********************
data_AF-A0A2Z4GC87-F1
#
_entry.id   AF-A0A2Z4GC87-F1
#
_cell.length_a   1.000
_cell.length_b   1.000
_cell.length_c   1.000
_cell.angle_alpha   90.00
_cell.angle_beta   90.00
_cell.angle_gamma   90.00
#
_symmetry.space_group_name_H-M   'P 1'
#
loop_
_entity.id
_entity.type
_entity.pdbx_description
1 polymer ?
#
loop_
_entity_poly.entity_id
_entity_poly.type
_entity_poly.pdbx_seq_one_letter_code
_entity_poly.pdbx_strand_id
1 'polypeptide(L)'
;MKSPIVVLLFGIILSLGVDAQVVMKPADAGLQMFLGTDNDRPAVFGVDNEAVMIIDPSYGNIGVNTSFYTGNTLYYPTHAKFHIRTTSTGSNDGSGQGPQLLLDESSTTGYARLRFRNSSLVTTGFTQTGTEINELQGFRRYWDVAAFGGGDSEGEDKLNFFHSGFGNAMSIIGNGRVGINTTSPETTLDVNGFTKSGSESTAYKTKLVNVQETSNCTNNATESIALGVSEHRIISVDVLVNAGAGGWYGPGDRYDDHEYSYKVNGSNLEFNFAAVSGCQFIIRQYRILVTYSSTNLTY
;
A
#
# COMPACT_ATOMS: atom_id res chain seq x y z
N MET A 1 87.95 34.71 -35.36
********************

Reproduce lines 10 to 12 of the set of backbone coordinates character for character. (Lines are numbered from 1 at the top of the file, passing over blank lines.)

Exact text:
_cell.angle_gamma   90.00
#
_symmetry.space_group_name_H-M   'P 1'